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Discussion Starter · #1 ·
Alright, this is going to be a mix of getting some stuff off my chest and also asking for tips and advice from those with wiser heads (and more skilled painting hands) than mine. To set the scene, since I began uni in a foreign country in late 2013, I have not managed to fully paint a single mini. This is a mix of the responsibilities of university, maintaining a healthy relationship, and telling myself I don't have the time.

What I have realized is that I may have shot myself in the foot a bit. I feel like my painting skills have devolved significantly (currently trying to paint up an Infinity Ariadna Scout for a small painting contest tomorrow). Here's what I've found:

-My painting skills have taken a hit, as I have become rusty over time. Obvious point is obvious.
-As my painting skills have dropped somewhat, I feel less confident and hence less motivated to paint.
-Finding the time to take an entire day and just paint is a thing of the past.
-I have kept playing, and even started a new game system (Infinity). I have become pretty damn good with my greenstuffing/Milliputting skills

Those are the general issues that I wouldn't mind some advice on, but there are also plenty of technical issues I would like to pick your collective brains on.

-Greens. Damn painting greens. I either get the highlights too stark, or so subtle it looks like there are none.
-My fleshtone. God damn that paint. It manages to be both too thick to paint on without brushstrokes being visible in it, as well as too thin to get decent coverage without a ton of layers. I thought I had a bad paint, and bought a new one. Same problem
--> Linked to that, I have a feeling that the near-total lack of humidity in my room is partially to blame for that, so if anyone could tell me if my hunch is right/what I can do to solve it, that'd be greatly appreciated.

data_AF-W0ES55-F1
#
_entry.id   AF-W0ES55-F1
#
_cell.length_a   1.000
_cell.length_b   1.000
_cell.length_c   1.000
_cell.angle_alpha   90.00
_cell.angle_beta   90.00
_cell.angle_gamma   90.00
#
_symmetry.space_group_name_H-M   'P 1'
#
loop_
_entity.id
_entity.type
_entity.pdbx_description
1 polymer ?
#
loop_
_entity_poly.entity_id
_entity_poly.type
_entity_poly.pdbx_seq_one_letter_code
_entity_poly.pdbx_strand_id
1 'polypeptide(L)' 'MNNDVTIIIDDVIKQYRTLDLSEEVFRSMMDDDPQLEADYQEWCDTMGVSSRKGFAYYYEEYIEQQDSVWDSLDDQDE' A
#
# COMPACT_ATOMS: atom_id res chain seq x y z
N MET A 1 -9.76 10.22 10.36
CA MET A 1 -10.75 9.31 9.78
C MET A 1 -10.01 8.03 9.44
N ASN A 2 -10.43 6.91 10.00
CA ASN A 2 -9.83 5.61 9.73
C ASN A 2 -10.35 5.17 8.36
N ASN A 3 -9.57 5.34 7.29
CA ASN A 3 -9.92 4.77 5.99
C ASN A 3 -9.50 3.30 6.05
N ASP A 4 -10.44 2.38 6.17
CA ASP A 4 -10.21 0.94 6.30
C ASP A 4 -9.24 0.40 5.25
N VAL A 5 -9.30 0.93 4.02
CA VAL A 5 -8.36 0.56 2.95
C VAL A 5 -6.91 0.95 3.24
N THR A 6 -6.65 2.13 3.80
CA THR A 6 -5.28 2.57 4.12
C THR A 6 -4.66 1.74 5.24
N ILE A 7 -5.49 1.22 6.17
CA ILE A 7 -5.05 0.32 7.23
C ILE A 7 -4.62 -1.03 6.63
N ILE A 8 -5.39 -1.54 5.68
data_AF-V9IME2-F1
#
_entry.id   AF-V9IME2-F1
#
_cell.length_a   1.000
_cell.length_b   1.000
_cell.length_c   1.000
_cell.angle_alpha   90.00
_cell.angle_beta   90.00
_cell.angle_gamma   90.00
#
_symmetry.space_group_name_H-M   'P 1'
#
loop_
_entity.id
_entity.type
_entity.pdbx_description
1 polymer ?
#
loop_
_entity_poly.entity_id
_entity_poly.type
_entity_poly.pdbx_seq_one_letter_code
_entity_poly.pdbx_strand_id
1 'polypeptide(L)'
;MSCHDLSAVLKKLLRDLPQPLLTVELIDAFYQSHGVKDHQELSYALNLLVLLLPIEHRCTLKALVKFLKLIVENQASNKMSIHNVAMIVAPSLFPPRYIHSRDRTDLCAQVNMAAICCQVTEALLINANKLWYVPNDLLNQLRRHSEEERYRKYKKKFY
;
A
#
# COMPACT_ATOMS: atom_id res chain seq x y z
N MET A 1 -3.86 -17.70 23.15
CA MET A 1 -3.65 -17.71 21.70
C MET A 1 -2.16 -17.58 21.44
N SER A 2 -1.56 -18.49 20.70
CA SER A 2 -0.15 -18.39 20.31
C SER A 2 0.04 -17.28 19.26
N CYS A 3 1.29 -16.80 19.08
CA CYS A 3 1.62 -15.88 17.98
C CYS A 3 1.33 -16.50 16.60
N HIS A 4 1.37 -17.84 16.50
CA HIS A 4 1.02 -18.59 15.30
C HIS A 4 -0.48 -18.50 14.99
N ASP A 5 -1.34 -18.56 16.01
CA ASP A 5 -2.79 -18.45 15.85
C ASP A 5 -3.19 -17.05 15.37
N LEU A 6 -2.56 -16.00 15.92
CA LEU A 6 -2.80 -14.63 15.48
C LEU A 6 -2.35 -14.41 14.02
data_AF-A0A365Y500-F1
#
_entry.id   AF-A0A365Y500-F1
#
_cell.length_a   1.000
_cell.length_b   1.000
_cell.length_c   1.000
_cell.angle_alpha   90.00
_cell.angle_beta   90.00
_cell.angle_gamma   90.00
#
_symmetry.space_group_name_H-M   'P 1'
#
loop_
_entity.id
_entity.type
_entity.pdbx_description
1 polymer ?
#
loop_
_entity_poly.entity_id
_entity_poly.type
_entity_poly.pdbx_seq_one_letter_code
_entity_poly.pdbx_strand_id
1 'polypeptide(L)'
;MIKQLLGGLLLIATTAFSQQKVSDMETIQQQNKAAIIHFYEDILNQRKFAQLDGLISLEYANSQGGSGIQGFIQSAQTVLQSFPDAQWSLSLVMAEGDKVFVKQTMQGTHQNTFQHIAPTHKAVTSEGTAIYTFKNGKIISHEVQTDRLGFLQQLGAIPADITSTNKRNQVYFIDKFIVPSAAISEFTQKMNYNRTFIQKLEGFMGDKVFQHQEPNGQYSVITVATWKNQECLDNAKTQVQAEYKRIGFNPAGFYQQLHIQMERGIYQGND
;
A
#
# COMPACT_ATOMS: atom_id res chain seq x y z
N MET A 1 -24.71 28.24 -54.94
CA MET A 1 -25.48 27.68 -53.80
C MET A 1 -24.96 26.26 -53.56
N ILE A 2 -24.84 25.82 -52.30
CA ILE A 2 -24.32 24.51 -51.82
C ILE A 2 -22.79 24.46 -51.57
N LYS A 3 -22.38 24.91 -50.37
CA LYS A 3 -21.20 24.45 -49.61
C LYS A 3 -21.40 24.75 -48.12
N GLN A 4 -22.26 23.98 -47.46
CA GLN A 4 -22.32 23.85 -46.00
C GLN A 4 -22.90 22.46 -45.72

So yes, that's the long and the short of it. I hope this doesn't come across as too ranty, but I really feel that hearing the opinions of others and getting some pointers could help me out.
 

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Herald of The Warp
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Ah yes, the painter frustration syndrome. We've all been there man - I'll see if I can help out a bit.

-Greens. Damn painting greens. I either get the highlights too stark, or so subtle it looks like there are none.
What sort of green are you going for? Could you give a example of the look you're trying to get?

My fleshtone. God damn that paint. It manages to be both too thick to paint on without brushstrokes being visible in it, as well as too thin to get decent coverage without a ton of layers. I thought I had a bad paint, and bought a new one. Same problem
My experience with fleshtones is that they in general are quite thick in nature. For smooth transitions you will need to have it thinned down, but not too much as in your instance. I usually go for 2/3 paint, and 1/3 medium when I'm painting fleshtones in general. This gives you a mix that can cover most things in 2 coats; 1st coat for transitions and 2nd coat for coverage.

What paints are you using for your fleshtones?
 

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Discussion Starter · #3 ·
@Nordicus: Thanks for the help :)

I have been going for a pretty military green. Think darker than OD green. I was using VMC russian green as the base, with russian green + black as the shade (2 different tones of it), and russian green + green grey as the highlight (again, 2 tones)

The fleshtone was dwarf flesh from Vallejo game color. I used to do fine with it, and not have the problem of it being a paradox paint...that's what led me to suspect the humidity (or lack thereof) was the cause.
 

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Have you tried a wet palette? They tend to keep paints flowing nicely and last longer. Plenty of guides of how to build your own on the web. I find it it makes my paint last longer and not get as thick so quickly under the light I use.
 
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